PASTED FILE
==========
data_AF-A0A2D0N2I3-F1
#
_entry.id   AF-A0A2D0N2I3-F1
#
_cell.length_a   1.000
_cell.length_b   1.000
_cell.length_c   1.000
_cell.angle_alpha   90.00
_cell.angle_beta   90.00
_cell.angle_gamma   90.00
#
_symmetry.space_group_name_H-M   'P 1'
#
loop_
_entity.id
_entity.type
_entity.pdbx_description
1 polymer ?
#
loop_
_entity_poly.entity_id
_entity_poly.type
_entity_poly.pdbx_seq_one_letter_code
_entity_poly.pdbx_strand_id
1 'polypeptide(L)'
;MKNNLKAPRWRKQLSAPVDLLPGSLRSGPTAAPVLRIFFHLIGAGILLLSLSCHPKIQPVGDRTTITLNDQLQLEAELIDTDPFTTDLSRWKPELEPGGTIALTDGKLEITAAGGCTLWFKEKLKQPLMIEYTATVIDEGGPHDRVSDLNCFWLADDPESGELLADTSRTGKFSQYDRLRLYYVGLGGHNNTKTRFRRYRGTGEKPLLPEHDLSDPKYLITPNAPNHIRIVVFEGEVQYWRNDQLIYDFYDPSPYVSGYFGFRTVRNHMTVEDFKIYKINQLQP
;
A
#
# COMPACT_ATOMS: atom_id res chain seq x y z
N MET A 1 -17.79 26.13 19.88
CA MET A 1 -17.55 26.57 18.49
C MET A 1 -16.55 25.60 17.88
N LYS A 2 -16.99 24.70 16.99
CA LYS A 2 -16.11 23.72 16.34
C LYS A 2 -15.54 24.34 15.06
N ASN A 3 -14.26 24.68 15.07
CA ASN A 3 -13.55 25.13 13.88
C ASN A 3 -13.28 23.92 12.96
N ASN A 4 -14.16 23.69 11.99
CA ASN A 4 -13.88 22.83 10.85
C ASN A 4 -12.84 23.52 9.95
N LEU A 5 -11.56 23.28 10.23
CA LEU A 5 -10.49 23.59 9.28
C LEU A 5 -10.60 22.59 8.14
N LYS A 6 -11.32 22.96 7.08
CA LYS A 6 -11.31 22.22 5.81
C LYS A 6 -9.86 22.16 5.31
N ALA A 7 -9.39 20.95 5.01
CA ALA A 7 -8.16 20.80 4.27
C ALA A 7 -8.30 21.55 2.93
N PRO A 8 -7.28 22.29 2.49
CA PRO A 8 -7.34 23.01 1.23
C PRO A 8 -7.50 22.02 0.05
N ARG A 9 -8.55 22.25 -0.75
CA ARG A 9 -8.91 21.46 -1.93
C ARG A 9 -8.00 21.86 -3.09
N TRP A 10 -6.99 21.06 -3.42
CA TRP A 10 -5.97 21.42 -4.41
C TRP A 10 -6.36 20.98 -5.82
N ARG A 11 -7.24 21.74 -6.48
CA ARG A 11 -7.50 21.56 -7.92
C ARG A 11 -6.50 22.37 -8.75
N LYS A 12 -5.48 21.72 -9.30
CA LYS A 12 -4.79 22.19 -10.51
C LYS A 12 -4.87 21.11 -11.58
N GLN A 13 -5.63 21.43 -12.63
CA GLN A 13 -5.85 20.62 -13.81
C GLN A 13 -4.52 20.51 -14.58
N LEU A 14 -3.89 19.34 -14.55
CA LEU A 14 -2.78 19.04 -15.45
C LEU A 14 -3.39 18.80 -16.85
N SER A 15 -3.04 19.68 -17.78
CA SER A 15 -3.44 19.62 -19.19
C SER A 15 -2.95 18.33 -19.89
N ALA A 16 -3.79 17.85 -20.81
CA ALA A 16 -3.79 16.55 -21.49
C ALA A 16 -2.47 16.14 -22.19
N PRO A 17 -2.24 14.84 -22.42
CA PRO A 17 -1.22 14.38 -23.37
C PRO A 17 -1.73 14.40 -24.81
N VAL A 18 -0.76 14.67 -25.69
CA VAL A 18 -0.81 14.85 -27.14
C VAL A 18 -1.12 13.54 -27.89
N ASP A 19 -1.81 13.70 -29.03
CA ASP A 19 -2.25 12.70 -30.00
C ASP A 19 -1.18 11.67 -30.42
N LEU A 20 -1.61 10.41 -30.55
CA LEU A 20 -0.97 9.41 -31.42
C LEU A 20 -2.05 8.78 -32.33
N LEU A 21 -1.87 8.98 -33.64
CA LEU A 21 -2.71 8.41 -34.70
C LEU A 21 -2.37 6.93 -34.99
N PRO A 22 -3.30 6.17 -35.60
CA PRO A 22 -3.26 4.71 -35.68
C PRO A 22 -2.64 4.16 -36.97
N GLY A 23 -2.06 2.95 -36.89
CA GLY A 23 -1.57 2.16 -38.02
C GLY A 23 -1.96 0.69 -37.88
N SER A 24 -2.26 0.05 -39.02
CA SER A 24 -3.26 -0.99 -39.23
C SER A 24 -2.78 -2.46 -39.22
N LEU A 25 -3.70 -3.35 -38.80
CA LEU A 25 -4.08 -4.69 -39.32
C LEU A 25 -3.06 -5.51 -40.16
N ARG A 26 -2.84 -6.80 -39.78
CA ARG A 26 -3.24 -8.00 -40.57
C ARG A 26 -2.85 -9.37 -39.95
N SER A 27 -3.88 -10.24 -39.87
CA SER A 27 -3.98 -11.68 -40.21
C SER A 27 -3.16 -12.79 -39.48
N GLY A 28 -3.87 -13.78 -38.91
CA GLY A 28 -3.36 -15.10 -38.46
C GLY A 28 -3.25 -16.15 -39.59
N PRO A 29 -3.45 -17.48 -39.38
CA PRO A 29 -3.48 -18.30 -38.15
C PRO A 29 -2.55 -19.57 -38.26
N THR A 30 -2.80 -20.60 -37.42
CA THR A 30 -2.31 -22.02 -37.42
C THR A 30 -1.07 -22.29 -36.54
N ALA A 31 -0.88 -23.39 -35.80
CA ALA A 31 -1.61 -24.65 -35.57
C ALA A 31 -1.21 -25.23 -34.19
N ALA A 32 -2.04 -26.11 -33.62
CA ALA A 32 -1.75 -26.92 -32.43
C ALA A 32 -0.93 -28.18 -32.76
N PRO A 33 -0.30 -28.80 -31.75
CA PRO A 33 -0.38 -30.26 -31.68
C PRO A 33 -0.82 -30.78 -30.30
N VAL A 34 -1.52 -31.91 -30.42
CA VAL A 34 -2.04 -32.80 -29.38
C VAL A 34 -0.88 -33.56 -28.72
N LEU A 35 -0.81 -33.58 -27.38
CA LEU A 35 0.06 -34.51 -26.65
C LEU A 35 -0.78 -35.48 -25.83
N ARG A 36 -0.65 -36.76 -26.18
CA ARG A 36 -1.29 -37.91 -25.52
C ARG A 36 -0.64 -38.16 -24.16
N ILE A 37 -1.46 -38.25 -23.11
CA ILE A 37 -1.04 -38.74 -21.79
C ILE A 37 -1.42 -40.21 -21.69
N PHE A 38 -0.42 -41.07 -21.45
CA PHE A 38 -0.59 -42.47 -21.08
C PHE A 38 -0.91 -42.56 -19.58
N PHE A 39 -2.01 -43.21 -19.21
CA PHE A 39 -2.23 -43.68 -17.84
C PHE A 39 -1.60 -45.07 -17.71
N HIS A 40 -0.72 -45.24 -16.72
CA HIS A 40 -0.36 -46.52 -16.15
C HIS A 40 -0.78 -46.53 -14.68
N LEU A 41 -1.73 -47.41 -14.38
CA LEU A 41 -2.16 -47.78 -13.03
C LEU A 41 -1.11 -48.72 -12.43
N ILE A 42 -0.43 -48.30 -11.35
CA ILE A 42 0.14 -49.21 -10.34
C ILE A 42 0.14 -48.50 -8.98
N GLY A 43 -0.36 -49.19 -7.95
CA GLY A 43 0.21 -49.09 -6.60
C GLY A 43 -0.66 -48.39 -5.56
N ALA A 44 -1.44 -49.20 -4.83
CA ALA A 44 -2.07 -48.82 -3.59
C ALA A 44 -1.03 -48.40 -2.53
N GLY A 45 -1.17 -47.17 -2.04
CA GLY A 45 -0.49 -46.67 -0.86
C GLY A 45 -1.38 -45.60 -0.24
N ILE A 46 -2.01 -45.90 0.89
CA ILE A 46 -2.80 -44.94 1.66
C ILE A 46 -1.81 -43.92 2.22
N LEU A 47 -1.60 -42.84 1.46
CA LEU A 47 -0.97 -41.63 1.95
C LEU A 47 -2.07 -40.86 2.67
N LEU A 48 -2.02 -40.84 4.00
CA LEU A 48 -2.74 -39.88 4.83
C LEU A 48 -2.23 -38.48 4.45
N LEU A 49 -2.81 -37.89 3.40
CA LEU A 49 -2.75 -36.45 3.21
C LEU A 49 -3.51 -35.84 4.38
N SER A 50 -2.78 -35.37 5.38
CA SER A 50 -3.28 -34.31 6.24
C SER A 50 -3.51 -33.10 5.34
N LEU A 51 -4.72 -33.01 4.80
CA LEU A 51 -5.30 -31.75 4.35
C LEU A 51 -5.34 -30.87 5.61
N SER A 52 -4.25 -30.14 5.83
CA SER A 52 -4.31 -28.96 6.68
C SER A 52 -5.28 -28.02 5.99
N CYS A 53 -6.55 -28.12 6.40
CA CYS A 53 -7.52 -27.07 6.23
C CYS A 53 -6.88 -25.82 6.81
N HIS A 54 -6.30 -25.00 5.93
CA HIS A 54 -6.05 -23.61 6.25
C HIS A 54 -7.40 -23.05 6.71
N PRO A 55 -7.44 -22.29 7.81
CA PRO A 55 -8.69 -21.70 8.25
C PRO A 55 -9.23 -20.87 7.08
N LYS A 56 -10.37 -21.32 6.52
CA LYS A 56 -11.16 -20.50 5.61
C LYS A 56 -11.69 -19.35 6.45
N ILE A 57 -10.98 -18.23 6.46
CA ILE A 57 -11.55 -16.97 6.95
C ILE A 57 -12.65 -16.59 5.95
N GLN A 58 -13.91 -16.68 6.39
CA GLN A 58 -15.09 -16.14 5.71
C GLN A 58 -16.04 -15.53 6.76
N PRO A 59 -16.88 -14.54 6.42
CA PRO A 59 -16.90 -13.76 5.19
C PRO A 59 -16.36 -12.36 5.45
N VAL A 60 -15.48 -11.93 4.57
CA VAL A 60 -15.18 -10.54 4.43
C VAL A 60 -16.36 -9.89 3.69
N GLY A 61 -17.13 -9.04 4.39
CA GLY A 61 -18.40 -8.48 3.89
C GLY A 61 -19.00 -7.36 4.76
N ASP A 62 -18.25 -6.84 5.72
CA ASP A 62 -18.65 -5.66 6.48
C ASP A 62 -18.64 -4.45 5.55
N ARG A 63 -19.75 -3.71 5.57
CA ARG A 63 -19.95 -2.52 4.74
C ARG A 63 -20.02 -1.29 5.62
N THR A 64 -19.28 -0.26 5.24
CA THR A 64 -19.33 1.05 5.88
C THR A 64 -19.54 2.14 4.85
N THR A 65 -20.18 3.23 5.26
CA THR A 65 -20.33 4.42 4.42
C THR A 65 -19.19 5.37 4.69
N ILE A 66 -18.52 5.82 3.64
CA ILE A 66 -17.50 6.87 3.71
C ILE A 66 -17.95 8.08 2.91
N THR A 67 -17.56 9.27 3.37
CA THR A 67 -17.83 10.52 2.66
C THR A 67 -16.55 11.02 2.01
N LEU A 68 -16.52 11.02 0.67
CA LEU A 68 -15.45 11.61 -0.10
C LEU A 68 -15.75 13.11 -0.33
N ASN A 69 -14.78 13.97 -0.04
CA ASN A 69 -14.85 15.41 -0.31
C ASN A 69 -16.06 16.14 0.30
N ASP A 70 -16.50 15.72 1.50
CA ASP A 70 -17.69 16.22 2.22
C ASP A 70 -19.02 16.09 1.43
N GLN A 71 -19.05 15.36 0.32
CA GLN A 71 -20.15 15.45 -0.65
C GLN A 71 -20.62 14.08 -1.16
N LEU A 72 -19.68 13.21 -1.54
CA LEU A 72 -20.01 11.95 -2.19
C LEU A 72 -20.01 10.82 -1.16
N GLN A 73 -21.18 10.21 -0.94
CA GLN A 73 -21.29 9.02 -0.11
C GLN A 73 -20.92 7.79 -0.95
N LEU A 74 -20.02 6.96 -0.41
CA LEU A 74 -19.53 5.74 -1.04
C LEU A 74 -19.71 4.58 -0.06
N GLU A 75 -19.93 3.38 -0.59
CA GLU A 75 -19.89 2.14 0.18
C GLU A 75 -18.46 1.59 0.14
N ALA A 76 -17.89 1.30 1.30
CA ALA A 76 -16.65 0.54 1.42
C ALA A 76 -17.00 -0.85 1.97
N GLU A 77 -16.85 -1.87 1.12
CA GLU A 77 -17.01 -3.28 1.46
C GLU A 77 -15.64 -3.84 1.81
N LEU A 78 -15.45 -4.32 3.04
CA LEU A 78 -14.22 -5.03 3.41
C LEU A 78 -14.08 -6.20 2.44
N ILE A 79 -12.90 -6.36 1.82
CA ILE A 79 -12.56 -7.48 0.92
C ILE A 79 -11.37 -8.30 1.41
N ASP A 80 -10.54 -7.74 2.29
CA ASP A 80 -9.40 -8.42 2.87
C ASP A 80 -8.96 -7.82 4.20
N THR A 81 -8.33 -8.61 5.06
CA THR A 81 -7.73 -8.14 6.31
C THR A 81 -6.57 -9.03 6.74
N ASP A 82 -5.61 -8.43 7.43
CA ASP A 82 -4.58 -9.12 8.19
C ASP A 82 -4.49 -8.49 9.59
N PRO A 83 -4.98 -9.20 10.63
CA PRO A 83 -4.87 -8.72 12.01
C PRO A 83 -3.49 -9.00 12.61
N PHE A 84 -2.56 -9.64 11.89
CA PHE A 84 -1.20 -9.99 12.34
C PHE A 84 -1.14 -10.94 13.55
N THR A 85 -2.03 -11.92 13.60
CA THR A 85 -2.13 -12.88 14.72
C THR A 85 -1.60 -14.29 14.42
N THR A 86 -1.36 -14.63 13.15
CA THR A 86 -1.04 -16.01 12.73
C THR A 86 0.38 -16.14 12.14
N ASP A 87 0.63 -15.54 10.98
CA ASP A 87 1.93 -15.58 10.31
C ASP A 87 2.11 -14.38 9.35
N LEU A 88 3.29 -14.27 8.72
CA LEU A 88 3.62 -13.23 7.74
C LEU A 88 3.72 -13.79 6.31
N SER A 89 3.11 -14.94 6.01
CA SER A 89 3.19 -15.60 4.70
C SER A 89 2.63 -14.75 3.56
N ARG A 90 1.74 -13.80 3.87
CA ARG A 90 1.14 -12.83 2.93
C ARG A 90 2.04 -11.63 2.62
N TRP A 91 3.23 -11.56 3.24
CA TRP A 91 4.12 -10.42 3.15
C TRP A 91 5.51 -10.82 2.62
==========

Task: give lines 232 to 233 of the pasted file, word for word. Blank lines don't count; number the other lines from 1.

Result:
N LEU A 68 -16.52 11.02 0.67
CA LEU A 68 -15.45 11.61 -0.10